New senses of self are key to Stern's model of development. Unlike the idea that the self rests in a containment of skin, Stern proposes that selves build onto and through one another in intimate relation with a changing environment. These senses of self are defined as the emergent, core, subjective, and verbal selves, none of which is strictly successive.
Stern's senses of self are less bounded phases than fractal phase-spaces composed of interweaving strata. "Once formed, each sense of self remains fully functioning and active throughout life. All continue to grow and coexist" (Stern 1985, 22). No stratum is ever completely disarticulated from another in the creation of emergent senses of self. Rather, strata veer through and across one another in the associated milieu's intensive fielding. As the infant ages and becomes verbal, for instance, their sense of being a coherent, willful, physical entity—foregrounding strata phasing toward organization—may intermesh with the frustration of not being able to express the feeling-vector of intensity that remains a key aspect of the tending toward coherence—foregrounding the strata phasing toward the virtual or immanence. Every becoming is tinted with this double articulation. There is no stable pre-and postverbal state. There is no stable identity that emerges once and for all. Becoming-human is expressed singularly and repeatedly in the multiphasing passage from the feeling of content to the content of feeling, a shift from the force of divergent flows to a systematic integration. This is not a containment toward a stable self. It is a momentary cohesiveness, a sense of self that always remains colored by the interweaving of forces that both direct and destabilize the "self's" proto-unification into an "I." With all apparent cohesiveness there remains the effect of the ineffable that acts like a shadow on all dreams of containment. For double articulation reminds us that singular points of identification always remain mired within the complex forces of their prearticulation, prearticulation not strictly as the before of articulation, but the withness of the unutterable, the ineffable—the quasi-inexpressible share of expressibility—within language. There is no self that is not also emergent, preverbal, affectively oriented toward individuation.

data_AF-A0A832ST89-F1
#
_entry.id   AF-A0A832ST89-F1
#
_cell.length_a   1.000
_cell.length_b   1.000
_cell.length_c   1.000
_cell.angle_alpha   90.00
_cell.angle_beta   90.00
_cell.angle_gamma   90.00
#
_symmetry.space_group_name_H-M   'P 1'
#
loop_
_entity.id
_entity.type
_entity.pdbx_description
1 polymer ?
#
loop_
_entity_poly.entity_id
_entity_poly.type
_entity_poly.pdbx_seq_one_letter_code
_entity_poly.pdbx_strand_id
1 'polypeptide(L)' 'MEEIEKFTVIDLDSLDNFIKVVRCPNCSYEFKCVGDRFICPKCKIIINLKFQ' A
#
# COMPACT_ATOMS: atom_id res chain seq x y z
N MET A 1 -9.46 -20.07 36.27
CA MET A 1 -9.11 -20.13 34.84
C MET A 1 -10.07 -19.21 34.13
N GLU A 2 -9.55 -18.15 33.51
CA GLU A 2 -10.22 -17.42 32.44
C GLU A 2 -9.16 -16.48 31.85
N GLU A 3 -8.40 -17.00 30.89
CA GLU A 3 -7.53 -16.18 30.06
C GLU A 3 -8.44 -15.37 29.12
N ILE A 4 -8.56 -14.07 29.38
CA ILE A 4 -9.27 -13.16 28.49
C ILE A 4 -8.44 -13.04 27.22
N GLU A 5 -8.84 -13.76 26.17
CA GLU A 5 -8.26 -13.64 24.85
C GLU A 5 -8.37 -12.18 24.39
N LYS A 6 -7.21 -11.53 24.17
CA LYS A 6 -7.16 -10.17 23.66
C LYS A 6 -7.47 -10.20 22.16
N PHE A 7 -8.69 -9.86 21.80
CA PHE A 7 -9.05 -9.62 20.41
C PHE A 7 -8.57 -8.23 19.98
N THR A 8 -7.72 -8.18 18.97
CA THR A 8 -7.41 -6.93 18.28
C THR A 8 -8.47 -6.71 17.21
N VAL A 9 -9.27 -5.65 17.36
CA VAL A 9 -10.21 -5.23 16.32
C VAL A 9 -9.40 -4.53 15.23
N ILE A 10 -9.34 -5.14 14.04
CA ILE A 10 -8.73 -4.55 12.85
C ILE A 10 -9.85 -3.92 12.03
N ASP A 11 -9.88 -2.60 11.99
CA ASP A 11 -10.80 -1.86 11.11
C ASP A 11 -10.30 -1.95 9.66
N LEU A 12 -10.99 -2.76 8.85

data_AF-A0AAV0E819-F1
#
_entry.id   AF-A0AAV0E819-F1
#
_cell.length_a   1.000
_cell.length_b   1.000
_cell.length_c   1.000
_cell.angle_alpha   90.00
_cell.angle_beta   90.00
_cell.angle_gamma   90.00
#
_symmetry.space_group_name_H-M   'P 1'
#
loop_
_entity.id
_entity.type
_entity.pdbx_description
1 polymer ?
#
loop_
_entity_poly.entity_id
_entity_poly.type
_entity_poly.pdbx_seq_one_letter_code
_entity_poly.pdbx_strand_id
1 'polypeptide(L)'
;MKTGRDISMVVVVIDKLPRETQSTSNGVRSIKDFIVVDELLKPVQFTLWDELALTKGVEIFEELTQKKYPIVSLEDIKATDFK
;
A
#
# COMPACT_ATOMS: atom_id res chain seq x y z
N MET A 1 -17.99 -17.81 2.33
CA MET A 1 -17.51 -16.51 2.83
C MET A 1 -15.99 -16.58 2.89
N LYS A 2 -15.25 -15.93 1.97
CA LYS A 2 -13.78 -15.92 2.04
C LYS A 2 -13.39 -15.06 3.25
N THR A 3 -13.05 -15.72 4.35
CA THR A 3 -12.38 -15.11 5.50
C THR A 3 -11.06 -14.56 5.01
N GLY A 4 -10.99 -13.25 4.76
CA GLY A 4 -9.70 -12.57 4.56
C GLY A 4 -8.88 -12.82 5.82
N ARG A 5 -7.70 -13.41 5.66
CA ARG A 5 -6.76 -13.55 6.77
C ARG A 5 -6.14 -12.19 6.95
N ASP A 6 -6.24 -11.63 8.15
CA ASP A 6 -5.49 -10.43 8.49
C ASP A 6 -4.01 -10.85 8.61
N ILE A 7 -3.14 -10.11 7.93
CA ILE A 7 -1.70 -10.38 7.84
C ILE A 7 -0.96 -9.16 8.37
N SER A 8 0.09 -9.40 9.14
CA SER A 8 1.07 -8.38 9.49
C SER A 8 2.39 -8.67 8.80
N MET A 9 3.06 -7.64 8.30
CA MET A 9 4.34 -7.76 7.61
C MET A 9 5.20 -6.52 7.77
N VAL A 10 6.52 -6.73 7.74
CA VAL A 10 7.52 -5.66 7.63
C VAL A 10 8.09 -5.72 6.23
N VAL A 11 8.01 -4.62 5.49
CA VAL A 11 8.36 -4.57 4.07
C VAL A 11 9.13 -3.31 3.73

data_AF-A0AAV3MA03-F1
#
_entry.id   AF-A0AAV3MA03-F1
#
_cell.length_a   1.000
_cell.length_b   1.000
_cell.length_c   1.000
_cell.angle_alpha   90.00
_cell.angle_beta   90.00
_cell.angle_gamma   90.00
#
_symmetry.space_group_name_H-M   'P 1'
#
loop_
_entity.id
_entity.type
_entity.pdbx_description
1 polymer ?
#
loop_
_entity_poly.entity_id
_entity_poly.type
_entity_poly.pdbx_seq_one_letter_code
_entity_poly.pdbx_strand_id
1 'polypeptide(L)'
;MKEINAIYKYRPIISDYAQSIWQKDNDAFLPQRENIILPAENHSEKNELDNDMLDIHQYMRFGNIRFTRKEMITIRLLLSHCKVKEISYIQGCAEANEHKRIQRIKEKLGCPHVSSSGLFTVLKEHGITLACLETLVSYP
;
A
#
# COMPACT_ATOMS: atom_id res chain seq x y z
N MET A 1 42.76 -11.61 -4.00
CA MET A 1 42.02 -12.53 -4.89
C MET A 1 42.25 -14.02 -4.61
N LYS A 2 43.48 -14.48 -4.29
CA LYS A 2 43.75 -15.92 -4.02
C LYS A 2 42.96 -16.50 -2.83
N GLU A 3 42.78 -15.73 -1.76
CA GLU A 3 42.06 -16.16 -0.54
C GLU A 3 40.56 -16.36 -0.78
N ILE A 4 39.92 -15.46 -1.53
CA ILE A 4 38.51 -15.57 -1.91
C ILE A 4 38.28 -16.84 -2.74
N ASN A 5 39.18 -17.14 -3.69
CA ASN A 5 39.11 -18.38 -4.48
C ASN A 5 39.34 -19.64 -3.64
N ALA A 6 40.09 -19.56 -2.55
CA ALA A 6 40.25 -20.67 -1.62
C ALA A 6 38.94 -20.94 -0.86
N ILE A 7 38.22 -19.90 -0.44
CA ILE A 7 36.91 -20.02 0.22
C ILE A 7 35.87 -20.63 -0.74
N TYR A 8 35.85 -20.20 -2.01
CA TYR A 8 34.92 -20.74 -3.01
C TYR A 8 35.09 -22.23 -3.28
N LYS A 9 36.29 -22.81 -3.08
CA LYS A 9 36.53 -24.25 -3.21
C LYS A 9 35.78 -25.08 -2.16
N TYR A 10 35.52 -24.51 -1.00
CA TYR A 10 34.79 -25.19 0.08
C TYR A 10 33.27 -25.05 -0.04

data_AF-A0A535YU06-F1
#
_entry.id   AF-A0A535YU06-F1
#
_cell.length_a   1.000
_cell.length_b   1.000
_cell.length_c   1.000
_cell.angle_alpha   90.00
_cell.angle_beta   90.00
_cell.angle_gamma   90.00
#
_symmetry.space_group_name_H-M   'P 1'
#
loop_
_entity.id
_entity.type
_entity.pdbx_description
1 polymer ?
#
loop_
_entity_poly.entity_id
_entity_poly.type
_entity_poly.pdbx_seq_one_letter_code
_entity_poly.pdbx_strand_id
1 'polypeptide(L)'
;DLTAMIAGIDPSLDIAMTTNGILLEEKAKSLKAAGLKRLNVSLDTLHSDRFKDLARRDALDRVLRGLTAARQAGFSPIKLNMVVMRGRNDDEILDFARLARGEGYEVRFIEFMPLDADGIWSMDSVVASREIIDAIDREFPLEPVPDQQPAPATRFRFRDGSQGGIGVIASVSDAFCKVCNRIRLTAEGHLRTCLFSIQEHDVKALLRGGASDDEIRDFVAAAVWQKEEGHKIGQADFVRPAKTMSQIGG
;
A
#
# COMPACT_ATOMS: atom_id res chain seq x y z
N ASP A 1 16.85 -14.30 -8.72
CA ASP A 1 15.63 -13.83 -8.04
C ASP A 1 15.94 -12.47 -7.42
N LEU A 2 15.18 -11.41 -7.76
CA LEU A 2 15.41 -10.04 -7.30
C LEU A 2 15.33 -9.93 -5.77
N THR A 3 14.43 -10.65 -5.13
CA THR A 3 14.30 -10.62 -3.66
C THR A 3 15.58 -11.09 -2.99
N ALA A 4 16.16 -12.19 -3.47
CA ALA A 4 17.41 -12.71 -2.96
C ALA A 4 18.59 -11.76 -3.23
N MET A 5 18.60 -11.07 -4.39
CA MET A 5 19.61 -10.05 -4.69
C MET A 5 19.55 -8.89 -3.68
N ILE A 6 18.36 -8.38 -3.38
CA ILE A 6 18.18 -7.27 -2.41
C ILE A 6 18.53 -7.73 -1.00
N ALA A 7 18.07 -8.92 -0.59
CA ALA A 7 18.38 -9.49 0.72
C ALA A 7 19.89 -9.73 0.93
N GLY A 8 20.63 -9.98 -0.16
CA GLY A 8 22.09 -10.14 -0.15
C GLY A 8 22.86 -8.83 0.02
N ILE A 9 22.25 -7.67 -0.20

Affect is central to Stern's analysis of how senses of self develop. Seeking to move beyond the limiting realm of the sensory-motor schema, which proposes direct linkages between organs and objects, Stern develops the idea of "vitality affects." More than any other aspect of his work on preverbal senses of self and emergent individuations, it is the concept of "vitality affect" that undoes the notion of self as containment.
Affect in this context can be understood as the preacceleration of experience as it acts on the becoming-body. Preacceleration refers to what has not yet been constituted but has an effect on actualization. In the context of a movement, it is the virtual experience of a welling into movement that precedes the actual displacement. Affect moves, constituting the event that, in many cases, becomes-body.
Vitality affects are a range of affect "elicited by changes in motivational states, appetites, and tensions" (Stern 1985, 54). To understand vitality affects and the role they play in emergent infant processes, Stern's concept of amodality is key. In a departure from the idea of sense-presentation—where a sense is located on the skin, associated directly to touch, for instance—Stern foregrounds the research that shows that newborns operate by cross-modal transfer. Cross-modal transfer—the feeling of touch that occurs in the seeing, for example—happens without a discrete learning curve. "No learning is needed initially, and subsequent learning about relations across modalities can be built upon this innate base" (Stern 1985, 48). Cross-modal correspondence, and, even more so, amodality (the idea that perception does not locate itself in a sense modality but courses between in rhythms that build correspondences rather than rely on already-occurring sites for sensation), Stern argues, transcends the sense "channel." This causes a shift toward a supra-modal in-betweenness where sense-events take form that are neither directly associated to an organ nor to an object. Amodality foregrounds not the sense itself but its relational potential. "It is not, then, a simple issue of a direct translation across modalities. Rather, it involves an encoding into a still mysterious amodal representation, which can then be recognized in any of the sensory modes" (Stern 1985, 51). Amodality makes apparent that the infant functions comfortably in the abstract concreteness of the radically empirical: the relation.